Saturday, May 25, 2013
I'm happy that the Kings are staying and even more happy that this long, long ordeal is finally over and we will be able to get on with other things. But we should put this all in proper perspective. I would often overhear people say that without the Kings Sacramento would have nothing, that there would be nothing to do here. Of course, that said far more about them than it did our city. Nonetheless for a city of our size we do have a dearth of public amenities. Which is ionic and sad since so much of our economy is dependent on public funding. So while we are celebrating this big civic victory let's not fool ourselves into thinking that we can stop at a new arena. For those who live for the Kings and imagine the arena will be some sort downtown savior this might be their be all and end all. However, for the rest of us the city still has a lot of work to do.
Question I have is why it costs $250,000 to install a single traffic signal? I'd like to see the break-down on that.
@ Tony. I don't buy your explanation since Malcolm says "I find the Spock-Uhuru romance kind of annoying and unbelievable ...especially since Quinto recently came out as gay..." If Malcom actually meant what you said he would have said so or he wouldn't even have mentioned his sexuality. It's this type of unconscious bias that keeps actors (and others) in the closet. But just in case we didn't catch his subtle homophobia he goes on to say that Quinto's coming out was received by a collective cultural shrug. We don't need some local film reviewer giving us his opinions about how far the American people have come on the gay issue. Especially when violence against gays is up 50% in this country. I don't think Qunito was expecting a parade or a medal of honor for just being honest about himself. Or do you really think homosexuals come "out of the closet" for the benefit of heterosexuals? BTW not caring if someone is gay (or black, vaguely ethnic or just different than you) isn't the same thing as understanding and accepting them. And I haven't a clue what lucrative endorsements this guy talking about.
Having said that I thought the Spock/Uhura romance was odd because it didn't helped the storyline at all. The relationship wasn't even pivotal to Spock embracing his human side. So it just seemed to be a silly distraction. But over all I liked that the characters' personalities are more dimensional in this film than in the past (and I'm not talking about the 3-d effect.) If anyone slightly annoyed me it was Karl Urban's portrayal of Dr. Leonard "Bones" McCoy. It seemed to be forced- coming off as a more of caricature.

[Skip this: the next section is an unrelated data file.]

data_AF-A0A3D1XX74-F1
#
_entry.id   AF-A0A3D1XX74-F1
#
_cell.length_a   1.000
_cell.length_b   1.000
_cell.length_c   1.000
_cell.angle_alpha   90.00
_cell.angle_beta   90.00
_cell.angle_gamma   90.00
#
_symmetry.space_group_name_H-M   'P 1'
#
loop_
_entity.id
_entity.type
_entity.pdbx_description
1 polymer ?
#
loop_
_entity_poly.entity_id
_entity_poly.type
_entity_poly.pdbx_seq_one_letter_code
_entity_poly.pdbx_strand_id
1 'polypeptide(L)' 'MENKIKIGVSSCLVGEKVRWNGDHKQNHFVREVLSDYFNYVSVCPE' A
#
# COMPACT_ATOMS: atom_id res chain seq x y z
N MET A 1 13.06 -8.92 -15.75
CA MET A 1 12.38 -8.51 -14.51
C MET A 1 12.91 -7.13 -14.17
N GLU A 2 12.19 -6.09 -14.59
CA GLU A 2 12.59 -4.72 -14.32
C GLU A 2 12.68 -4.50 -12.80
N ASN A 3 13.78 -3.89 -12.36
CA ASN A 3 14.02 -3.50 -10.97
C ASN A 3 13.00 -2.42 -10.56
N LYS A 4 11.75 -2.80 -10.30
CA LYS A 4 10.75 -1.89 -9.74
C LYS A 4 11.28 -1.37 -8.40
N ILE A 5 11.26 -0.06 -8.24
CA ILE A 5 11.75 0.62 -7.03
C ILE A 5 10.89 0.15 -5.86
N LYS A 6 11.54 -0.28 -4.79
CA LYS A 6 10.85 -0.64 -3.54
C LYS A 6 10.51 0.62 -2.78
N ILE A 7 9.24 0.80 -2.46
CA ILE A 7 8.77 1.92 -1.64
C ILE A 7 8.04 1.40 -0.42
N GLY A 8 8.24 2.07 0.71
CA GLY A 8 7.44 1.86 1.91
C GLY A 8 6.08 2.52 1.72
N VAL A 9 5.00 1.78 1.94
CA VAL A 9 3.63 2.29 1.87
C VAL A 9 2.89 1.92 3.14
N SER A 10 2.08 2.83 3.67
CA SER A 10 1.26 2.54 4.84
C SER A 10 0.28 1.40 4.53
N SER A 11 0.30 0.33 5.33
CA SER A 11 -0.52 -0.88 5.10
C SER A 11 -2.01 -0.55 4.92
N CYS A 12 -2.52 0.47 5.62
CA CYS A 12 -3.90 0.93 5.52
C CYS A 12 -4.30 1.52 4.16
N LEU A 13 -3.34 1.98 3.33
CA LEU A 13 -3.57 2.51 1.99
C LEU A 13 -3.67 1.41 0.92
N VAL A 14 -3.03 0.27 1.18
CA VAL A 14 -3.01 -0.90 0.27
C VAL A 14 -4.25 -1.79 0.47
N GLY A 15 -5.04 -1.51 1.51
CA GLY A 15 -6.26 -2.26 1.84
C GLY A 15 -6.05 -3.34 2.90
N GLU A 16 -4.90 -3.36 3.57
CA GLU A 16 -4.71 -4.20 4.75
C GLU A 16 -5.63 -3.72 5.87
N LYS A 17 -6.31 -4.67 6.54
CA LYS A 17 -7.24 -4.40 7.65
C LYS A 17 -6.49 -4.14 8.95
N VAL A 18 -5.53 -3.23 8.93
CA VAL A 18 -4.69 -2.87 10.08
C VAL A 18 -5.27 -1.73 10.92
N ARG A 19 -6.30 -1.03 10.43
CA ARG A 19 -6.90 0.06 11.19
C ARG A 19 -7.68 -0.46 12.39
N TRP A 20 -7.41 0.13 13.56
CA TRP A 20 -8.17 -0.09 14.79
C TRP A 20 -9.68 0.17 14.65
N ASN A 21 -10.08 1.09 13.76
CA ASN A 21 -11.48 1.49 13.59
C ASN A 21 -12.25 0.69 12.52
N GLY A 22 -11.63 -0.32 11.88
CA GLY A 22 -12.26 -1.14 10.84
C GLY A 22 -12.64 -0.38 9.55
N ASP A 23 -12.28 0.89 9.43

I mostly agree with you regarding neighborhood opposition. Though increased traffic is nothing to sneeze at. As a conservative I can see why you would perceive the the neighbor opposition as dishonest and/or equal to that of developer. Don't cry for poor old Phil. It's likely this project will move forward. And I'm not going to be upset if it does. But the neighbors concerns should be addressed- openly discussed, questions answered and if need be the developer needs to change the plans to accommodate the community's wishes.
I agree with Burch that it is better to build in the city where people are close to their work rather than to continue to expand the suburbs. And I have no real problem with detached single family homes with garages. Nor am I likely to be bothered by the increased traffic. My big problem is with the dishonest and purposeful misuse of terms in order to market their product, make it more acceptable to the neighbors and thwart the opposition.
This is not new for Phil Angelides. He is best known for the development called Laguna West which is located in the middle of a floodplain in what is now Elk Grove. He received of a lot of accolades (undeserved IMO) because Laguna West was supposedly one of the first developments designed along the principles of New Urbanism. It was originally touted as a transit-oriented project even though it was built out in the middle of nowhere and had no public transit. Even the so-called 'urban principles' were abandoned after the first phase.
And citing the Reuters columnist Felix Salmon to make a point is puzzling. He's a statistician and therefore suffers from the delusion that he understands correlation. While the overall population density in America may have been in decline (especially before the crash), today many of the established urban areas, especially the ones with healthy economies are seeing a significant increase in urban density.
I know defining terms can be tricky. To one person this project may look like an urban infill development and to another it seems pretty suburban. Clearly Laguna West was not urban nor transit orientated even though people said it was. And just it's location makes this project more "urban." However, by most of traditional definitions it would be a stretch to call this urban infill and to do so in order to garner support insults our intelligence.
I could almost care less if this project gets built. Those who live closer to it might because the traffic will impact their neighborhood. Honestly, I can't imagine a denser infill on that site. So unless the site is left open or turned into a park or something like that I support it. Please just stop using that phony urban-ism jargon.
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